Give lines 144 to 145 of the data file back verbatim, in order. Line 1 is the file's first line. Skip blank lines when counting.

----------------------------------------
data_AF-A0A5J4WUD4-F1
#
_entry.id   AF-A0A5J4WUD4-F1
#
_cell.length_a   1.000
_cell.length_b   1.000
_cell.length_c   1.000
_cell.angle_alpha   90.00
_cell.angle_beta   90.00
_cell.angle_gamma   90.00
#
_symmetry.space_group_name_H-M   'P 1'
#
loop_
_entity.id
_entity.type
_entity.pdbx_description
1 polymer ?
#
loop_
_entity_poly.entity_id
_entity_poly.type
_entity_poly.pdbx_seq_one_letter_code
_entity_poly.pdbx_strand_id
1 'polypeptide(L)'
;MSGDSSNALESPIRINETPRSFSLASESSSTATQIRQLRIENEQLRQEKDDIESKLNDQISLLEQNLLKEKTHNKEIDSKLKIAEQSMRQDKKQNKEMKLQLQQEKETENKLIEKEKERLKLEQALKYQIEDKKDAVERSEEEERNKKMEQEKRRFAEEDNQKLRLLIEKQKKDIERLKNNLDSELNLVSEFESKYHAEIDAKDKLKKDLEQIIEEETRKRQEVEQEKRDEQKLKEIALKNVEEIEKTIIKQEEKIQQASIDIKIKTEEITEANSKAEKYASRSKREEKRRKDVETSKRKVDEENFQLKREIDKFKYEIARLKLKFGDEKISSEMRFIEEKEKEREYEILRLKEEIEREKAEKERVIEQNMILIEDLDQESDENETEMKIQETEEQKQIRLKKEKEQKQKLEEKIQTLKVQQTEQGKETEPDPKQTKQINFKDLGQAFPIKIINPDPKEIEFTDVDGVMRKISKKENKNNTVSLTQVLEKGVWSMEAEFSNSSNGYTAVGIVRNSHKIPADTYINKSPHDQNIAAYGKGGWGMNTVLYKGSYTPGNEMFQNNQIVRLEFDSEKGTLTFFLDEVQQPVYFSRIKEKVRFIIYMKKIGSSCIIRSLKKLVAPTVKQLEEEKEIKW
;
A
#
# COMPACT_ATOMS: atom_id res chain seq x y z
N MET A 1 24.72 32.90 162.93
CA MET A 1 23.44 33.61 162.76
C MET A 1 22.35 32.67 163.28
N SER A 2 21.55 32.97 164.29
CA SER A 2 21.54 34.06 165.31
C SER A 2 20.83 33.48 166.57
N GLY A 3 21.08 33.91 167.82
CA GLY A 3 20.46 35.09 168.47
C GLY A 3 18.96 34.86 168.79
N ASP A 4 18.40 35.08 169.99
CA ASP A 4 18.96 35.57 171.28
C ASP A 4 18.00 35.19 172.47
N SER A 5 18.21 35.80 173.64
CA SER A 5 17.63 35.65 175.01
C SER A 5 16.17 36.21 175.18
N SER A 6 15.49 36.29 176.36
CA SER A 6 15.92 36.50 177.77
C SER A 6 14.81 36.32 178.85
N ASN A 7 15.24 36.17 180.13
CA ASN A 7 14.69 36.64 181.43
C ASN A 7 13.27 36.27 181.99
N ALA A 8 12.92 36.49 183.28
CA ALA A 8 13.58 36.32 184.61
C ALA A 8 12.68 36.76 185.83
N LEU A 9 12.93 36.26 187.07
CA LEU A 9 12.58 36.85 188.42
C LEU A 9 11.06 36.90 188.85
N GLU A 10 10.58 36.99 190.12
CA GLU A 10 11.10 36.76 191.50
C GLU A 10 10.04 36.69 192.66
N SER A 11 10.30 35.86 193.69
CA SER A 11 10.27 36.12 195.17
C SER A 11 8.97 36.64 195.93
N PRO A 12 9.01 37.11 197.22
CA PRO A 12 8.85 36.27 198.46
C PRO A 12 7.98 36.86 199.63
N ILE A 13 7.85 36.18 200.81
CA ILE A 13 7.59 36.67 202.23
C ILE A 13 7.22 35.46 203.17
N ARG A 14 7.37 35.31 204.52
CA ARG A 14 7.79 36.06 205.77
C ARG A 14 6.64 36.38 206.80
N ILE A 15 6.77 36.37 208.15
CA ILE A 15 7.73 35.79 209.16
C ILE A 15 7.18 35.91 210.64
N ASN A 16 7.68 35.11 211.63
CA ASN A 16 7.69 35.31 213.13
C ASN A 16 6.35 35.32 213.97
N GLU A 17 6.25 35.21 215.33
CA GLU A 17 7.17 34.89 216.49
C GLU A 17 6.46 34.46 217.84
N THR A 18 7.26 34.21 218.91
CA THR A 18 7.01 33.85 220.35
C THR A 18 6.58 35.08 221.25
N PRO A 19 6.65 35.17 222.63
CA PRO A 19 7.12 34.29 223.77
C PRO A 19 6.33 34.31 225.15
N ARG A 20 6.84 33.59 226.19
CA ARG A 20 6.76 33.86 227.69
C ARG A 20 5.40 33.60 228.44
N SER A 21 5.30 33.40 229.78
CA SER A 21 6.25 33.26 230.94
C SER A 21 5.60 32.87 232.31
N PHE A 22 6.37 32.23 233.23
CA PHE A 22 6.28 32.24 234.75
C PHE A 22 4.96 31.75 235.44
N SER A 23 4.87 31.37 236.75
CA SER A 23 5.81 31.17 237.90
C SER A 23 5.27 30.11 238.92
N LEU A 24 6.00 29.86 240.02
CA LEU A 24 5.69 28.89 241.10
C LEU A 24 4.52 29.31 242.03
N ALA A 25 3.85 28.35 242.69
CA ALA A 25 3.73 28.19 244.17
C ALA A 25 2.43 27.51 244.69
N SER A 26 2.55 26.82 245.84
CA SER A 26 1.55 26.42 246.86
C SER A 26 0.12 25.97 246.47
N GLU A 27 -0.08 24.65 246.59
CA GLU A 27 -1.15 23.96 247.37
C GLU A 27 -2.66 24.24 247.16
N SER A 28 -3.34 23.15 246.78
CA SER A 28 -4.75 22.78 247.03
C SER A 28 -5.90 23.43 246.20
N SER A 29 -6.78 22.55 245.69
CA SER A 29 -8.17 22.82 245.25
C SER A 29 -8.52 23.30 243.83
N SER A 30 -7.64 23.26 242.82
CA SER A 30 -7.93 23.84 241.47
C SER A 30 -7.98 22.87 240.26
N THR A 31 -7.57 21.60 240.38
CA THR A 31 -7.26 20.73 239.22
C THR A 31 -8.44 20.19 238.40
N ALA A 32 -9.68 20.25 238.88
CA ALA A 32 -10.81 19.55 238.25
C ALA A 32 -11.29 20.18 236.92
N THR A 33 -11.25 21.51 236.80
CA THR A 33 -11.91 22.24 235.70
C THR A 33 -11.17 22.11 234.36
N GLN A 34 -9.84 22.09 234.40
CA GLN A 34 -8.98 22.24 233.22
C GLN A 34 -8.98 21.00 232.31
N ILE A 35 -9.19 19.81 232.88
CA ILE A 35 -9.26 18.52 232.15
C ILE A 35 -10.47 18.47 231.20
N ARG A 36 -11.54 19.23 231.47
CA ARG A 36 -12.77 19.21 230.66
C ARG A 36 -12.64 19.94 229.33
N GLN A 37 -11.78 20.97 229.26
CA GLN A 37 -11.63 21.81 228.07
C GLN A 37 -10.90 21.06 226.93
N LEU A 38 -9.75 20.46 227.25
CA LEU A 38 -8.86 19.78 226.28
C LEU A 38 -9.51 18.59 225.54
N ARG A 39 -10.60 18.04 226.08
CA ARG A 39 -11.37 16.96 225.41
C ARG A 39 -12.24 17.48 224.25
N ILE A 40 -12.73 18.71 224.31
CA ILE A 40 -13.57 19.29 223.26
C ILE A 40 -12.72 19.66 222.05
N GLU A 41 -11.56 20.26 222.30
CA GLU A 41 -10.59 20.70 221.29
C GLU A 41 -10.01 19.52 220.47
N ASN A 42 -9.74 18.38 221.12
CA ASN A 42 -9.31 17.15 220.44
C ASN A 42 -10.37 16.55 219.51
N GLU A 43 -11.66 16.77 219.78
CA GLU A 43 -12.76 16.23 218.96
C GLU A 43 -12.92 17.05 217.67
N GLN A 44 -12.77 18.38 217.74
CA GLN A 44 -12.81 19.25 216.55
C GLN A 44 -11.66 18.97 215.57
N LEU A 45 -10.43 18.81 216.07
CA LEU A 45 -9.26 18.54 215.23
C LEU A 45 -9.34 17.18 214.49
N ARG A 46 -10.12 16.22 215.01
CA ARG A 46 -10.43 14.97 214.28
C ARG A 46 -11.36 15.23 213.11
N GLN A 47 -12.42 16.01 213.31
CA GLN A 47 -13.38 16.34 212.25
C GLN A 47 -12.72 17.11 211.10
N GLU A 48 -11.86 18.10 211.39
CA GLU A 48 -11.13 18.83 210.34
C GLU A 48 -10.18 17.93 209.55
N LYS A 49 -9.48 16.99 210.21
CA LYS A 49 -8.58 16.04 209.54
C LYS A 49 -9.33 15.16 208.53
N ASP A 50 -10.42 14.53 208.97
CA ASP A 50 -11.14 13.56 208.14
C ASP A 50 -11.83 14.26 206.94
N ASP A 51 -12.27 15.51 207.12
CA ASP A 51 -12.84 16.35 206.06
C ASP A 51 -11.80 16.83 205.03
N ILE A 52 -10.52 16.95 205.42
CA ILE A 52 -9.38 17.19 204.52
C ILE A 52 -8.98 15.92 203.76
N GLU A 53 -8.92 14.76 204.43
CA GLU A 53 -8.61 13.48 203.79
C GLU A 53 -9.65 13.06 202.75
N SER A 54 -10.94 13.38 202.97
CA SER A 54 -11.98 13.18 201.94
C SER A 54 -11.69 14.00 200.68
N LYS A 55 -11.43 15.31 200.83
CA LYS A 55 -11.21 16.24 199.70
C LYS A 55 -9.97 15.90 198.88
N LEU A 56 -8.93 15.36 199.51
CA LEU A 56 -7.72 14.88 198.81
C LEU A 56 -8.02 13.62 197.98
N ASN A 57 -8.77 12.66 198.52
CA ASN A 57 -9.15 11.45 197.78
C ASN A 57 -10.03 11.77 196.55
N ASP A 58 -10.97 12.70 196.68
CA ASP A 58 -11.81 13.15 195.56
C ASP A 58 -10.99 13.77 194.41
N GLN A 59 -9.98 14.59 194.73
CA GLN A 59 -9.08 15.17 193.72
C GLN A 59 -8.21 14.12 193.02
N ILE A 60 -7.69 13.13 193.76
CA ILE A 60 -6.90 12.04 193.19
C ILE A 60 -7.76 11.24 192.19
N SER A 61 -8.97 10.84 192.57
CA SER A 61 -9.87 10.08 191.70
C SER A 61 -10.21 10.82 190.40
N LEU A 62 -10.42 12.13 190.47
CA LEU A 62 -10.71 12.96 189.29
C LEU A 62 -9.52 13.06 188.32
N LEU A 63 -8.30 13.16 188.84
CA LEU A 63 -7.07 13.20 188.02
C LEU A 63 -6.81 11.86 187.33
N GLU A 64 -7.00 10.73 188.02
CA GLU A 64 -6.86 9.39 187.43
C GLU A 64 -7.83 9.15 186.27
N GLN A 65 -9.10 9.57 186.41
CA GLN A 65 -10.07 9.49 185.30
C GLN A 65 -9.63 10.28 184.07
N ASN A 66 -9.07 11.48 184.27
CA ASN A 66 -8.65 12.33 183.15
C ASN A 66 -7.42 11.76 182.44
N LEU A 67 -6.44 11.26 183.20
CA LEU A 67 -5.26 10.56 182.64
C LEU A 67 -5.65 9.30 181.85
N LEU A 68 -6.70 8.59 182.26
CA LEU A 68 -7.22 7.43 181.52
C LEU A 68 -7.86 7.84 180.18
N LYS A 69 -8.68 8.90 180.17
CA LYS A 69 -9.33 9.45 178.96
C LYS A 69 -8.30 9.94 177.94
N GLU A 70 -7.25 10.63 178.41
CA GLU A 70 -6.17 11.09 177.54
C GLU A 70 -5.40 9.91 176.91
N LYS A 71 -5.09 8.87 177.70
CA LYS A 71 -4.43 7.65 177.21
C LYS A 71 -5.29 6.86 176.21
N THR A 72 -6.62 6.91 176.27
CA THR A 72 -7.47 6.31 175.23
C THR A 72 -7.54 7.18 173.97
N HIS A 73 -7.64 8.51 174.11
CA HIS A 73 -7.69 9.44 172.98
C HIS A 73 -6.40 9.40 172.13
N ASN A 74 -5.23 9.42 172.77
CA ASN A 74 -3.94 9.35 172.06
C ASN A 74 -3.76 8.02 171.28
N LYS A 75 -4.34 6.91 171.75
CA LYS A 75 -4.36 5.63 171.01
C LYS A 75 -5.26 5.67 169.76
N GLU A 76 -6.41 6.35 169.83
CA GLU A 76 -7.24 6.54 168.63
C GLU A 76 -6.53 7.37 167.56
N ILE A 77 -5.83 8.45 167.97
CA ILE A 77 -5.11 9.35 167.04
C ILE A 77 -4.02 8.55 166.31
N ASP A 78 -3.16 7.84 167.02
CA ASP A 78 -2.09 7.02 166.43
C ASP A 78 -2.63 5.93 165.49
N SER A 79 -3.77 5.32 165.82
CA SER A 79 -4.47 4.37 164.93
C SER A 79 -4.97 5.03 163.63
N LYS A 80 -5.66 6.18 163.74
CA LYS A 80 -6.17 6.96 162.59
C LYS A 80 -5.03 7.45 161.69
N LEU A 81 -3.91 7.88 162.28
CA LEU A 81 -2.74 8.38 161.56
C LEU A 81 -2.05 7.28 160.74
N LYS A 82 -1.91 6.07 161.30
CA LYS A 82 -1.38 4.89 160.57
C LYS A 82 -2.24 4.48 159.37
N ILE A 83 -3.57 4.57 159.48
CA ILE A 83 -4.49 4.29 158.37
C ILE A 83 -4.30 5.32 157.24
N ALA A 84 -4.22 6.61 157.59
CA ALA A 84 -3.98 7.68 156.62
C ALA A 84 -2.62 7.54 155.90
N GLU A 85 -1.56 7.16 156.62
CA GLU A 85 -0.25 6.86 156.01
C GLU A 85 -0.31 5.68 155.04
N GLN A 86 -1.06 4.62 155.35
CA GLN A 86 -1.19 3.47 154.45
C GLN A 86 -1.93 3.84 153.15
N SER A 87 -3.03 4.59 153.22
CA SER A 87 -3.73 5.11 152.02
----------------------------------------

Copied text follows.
C LEU A 38 -9.51 18.59 225.54
N ARG A 39 -10.60 18.04 226.08